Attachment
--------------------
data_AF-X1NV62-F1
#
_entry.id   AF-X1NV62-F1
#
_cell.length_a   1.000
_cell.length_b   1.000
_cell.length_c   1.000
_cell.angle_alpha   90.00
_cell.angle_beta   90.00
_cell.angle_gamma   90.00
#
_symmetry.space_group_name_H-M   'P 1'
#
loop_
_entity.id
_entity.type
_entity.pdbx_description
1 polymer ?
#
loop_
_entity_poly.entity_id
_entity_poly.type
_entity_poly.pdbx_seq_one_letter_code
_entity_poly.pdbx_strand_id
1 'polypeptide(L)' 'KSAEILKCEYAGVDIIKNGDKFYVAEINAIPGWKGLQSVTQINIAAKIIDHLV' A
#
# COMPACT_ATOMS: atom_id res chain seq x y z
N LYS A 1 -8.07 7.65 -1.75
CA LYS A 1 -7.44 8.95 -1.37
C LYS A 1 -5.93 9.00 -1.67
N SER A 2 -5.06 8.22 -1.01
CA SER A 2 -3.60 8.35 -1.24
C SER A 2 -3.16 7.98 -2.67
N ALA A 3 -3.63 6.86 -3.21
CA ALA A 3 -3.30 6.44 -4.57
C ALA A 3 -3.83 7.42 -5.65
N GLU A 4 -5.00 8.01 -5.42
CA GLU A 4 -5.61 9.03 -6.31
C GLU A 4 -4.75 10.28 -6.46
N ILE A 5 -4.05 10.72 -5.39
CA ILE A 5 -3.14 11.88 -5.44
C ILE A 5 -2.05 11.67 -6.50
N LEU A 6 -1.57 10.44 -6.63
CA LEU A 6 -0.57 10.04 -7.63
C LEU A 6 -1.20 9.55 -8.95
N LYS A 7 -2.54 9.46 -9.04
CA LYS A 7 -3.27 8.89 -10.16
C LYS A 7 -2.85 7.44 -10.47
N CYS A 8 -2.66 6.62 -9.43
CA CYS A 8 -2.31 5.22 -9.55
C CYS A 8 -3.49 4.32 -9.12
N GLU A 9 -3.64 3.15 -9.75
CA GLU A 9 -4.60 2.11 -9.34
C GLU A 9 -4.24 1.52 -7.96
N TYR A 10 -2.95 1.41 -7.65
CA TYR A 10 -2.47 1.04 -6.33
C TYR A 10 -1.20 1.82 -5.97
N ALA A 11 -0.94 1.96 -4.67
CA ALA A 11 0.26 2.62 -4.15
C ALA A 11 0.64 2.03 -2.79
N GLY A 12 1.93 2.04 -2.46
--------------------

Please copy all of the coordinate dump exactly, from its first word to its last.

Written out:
data_AF-X1NV62-F1
#
_entry.id   AF-X1NV62-F1
#
_cell.length_a   1.000
_cell.length_b   1.000
_cell.length_c   1.000
_cell.angle_alpha   90.00
_cell.angle_beta   90.00
_cell.angle_gamma   90.00
#
_symmetry.space_group_name_H-M   'P 1'
#
loop_
_entity.id
_entity.type
_entity.pdbx_description
1 polymer ?
#
loop_
_entity_poly.entity_id
_entity_poly.type
_entity_poly.pdbx_seq_one_letter_code
_entity_poly.pdbx_strand_id
1 'polypeptide(L)' 'KSAEILKCEYAGVDIIKNGDKFYVAEINAIPGWKGLQSVTQINIAAKIIDHLV' A
#
# COMPACT_ATOMS: atom_id res chain seq x y z
N LYS A 1 -8.07 7.65 -1.75
CA LYS A 1 -7.44 8.95 -1.37
C LYS A 1 -5.93 9.00 -1.67
N SER A 2 -5.06 8.22 -1.01
CA SER A 2 -3.60 8.35 -1.24
C SER A 2 -3.16 7.98 -2.67
N ALA A 3 -3.63 6.86 -3.21
CA ALA A 3 -3.30 6.44 -4.57
C ALA A 3 -3.83 7.42 -5.65
N GLU A 4 -5.00 8.01 -5.42
CA GLU A 4 -5.61 9.03 -6.31
C GLU A 4 -4.75 10.28 -6.46
N ILE A 5 -4.05 10.72 -5.39
CA ILE A 5 -3.14 11.88 -5.44
C ILE A 5 -2.05 11.67 -6.50
N LEU A 6 -1.57 10.44 -6.63
CA LEU A 6 -0.57 10.04 -7.63
C LEU A 6 -1.20 9.55 -8.95
N LYS A 7 -2.54 9.46 -9.04
CA LYS A 7 -3.27 8.89 -10.16
C LYS A 7 -2.85 7.44 -10.47
N CYS A 8 -2.66 6.62 -9.43
CA CYS A 8 -2.31 5.22 -9.55
C CYS A 8 -3.49 4.32 -9.12
N GLU A 9 -3.64 3.15 -9.75
CA GLU A 9 -4.60 2.11 -9.34
C GLU A 9 -4.24 1.52 -7.96
N TYR A 10 -2.95 1.41 -7.65
CA TYR A 10 -2.47 1.04 -6.33
C TYR A 10 -1.20 1.82 -5.97
N ALA A 11 -0.94 1.96 -4.67
CA ALA A 11 0.26 2.62 -4.15
C ALA A 11 0.64 2.03 -2.79
N GLY A 12 1.93 2.04 -2.46